Pressure ulcer? Decubitus? Pressure injury? What are they and how can we prevent them?

What is a Pressure Ulcer and Who is at Risk?

How many of you have had a pressure sore or had a patient with a pressure sore? They are terrible, aren’t they? Well the good news is, they are preventable. Over the years, the nomenclature has changed from Decubitus to bed sores to pressure ulcers. As of April 2016, the National Pressure Ulcer Advisory Panel (NPUAP) has changed the nomenclature once again to pressure injury. However, this terminology has not yet been accepted by many insurances, including Medicare. So, what exactly is a pressure ulcer? NPAUP’s definition states, “A pressure injury is localized damage to the skin and underlying soft tissue usually over a bony prominence or related to a medical or other device. The injury can present as intact skin or an open ulcer and may be painful. The injury occurs as a result of intense and/or prolonged pressure or pressure in combination with shear. The tolerance of soft tissue for pressure and shear may also be affected by microclimate, nutrition, perfusion, co-morbidities and condition of the soft tissue.” The patients that are at a high risk of these type of injuries are people with spinal cord injuries, stroke, ICU patients, comatose patients, elderly, contractures, malnourished, dehydrated, and intra/post-operative people. The elderly, malnourished, and dehydrated people all have decreased skin turgor, therefore, making their skin thin, fragile, and at an increased likelihood of tearing. Spinal cord injuries are at a high risk due to sensation loss and inability to pressure relieve. ICU patients are at a high risk do to the microclimate (heat and moisture) as well as incontinence and bed positioning. There is an assessment tool called the Braden Scale that is used to determine a patient’s risk of developing a pressure ulcer. More on this assessment tool can be found at


So, how are these injuries staged? They are staged as stage 1, stage 2, stage 3, stage 4, unstageable, deep tissue pressure injury, medical device related pressure injury, and mucosal membrane pressure injury. The chart below explains stage 1 – deep tissue injury (DTI). A medical device related pressure injury is an ulceration that has occurred due to a medical device designed or applied to produce a therapeutic or diagnostic effect (i.e. Foley catheter, AFO, casts/splints, etc. These types of injuries can be staged using the staging system mentioned above. However, mucosal membrane injuries  cannot be staged due to the anatomy of the tissue affected. These injuries occur on the mucous membranes due to medical devices used in the are (i.e. rectal tube, nostril insertion of nasal cannulae, endotracheal tube).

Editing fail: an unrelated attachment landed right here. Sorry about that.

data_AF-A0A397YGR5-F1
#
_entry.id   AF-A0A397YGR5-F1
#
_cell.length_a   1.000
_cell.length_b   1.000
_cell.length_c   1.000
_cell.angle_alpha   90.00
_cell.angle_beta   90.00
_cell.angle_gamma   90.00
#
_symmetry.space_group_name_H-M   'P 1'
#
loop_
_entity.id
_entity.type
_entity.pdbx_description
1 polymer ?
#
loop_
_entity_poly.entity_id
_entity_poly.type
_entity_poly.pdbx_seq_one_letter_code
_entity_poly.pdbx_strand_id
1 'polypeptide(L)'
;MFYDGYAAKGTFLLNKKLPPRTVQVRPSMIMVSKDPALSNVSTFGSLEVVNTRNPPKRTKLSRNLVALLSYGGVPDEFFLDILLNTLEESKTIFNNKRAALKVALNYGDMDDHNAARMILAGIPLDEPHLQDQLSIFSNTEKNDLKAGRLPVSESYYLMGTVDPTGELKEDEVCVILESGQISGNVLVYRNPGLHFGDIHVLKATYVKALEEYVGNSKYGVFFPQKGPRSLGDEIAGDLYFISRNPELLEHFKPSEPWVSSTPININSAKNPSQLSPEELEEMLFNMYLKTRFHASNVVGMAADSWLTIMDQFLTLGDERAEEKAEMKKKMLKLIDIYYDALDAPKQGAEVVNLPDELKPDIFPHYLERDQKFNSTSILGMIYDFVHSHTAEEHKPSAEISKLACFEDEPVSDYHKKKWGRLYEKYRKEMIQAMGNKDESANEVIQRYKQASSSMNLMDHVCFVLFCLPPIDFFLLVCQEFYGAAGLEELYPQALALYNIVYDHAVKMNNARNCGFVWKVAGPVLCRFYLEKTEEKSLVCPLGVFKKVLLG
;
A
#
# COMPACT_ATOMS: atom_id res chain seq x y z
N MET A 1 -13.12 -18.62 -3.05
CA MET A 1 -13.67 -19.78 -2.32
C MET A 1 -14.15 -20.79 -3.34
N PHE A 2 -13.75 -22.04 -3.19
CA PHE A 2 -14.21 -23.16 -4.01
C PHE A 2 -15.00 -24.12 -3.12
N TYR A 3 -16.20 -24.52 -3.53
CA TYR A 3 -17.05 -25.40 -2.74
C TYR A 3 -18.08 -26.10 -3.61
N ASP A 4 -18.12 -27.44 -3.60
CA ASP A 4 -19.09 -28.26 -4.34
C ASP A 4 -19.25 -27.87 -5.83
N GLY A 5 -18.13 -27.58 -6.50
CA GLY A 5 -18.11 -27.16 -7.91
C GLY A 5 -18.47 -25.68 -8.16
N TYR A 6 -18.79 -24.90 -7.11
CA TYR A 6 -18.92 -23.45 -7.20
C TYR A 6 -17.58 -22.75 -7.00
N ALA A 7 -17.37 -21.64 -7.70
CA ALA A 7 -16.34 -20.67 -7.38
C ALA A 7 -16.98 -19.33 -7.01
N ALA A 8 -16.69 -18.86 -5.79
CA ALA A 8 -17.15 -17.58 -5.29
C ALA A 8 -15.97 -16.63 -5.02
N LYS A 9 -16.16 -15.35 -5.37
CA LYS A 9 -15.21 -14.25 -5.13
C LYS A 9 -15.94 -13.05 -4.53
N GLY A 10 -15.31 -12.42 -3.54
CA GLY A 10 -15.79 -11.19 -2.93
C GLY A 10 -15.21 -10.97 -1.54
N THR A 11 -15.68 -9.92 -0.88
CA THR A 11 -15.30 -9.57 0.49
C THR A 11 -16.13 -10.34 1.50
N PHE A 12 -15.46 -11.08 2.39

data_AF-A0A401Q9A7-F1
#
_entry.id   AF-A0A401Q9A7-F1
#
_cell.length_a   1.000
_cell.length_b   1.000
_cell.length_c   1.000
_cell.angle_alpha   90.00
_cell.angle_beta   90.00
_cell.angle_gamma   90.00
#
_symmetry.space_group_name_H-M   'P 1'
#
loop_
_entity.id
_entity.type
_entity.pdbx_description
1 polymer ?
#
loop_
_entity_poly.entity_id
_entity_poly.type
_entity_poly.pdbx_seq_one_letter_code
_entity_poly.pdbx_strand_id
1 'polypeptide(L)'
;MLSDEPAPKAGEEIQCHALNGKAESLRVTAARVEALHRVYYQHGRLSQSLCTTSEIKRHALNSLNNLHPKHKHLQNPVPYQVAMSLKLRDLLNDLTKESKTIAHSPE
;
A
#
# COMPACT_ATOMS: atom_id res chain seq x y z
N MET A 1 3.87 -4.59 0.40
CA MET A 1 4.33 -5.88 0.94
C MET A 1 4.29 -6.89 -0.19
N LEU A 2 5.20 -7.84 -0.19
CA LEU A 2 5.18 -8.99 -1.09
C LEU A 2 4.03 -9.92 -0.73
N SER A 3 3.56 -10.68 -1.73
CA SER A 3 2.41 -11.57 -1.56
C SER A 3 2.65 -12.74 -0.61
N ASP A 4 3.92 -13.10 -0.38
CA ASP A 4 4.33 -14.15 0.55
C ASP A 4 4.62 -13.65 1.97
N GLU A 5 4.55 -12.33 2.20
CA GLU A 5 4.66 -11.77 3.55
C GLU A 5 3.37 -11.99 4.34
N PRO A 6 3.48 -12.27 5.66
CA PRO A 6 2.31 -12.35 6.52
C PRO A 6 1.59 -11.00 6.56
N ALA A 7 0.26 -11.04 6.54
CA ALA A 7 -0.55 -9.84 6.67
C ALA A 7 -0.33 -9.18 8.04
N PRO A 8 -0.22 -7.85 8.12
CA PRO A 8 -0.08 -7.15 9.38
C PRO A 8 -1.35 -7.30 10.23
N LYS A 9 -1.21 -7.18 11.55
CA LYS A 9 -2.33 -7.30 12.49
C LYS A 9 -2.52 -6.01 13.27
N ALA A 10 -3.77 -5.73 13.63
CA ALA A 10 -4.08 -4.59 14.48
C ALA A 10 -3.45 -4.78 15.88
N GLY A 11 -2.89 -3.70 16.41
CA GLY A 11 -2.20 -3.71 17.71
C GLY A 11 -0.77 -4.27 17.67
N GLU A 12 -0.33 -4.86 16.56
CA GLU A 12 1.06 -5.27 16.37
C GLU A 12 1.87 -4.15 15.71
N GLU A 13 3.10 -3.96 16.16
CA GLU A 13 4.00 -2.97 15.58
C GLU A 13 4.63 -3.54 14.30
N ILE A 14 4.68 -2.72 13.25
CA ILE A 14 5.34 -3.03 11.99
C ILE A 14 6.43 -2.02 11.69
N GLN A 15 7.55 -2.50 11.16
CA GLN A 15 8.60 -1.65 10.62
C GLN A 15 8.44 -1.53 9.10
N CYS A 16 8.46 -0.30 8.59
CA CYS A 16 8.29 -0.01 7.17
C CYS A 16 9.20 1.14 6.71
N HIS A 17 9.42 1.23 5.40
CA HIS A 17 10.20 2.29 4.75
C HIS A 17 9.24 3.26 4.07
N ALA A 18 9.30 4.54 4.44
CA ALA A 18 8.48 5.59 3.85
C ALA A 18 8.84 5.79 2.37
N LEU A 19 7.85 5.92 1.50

wound chartwound pic


Over 95% of all pressure injuries occur at the sacrum/coccyx, greater trochanter, ischial tuberosity, heel and lateral malleolus. Preventing pressure injuries has a lot to do with positioning and patient/family/caregiver education. A study by Peterson et al. found that interface pressure exceeded capillary occlusion range when the head of bed was elevated above 30 degrees. What does that mean? If the head of the bed is elevated >30 degrees, then it will increase the shear force on your backside, putting you at an increased risk of developing a pressure ulcer. This leads me to talk about positioning. If a patient is confined to a wheelchair, they need to do a wheelchair push-up/pressure relief every 15 minutes. If they are unable to complete a wheelchair push-up, they need to adjust themselves to a 35 degree or 65 degree angle to offload the sacrum and ischial tuberosity’s. The individual could also lean-to one side then the other in their chair. In regards to an individual bed bound, their position should be changed every 2 hours. Each patient should be inspected daily for pressure injuries. It is important to speak with the patient/family/caregiver to instruct/show them how to pressure relief and how they can assist. Proper positioning in bed to reduce likelihood of pressure ulcers is to limit a large pillow behind the head (prevents contractures), head of bed elevated no more than 30 degrees. In sidelying, place the individual 150 degrees from supine (not on their greater trochanter) and place a pillow between their knees. Prone is the best position, but not many people want to lay in this position!


Just remember, pressure injuries ARE preventable! EDUCATE, EDUCATE, EDUCATE!!!


McCallon, Stan (2017). Pressure Injuries. Lecture. LSUHSC Shrevepot.

McCulloch, J. M., & Kloth, L. (2010). Wound healing: evidence-based management (4th ed.). Philadelphia: F.A. Davis.


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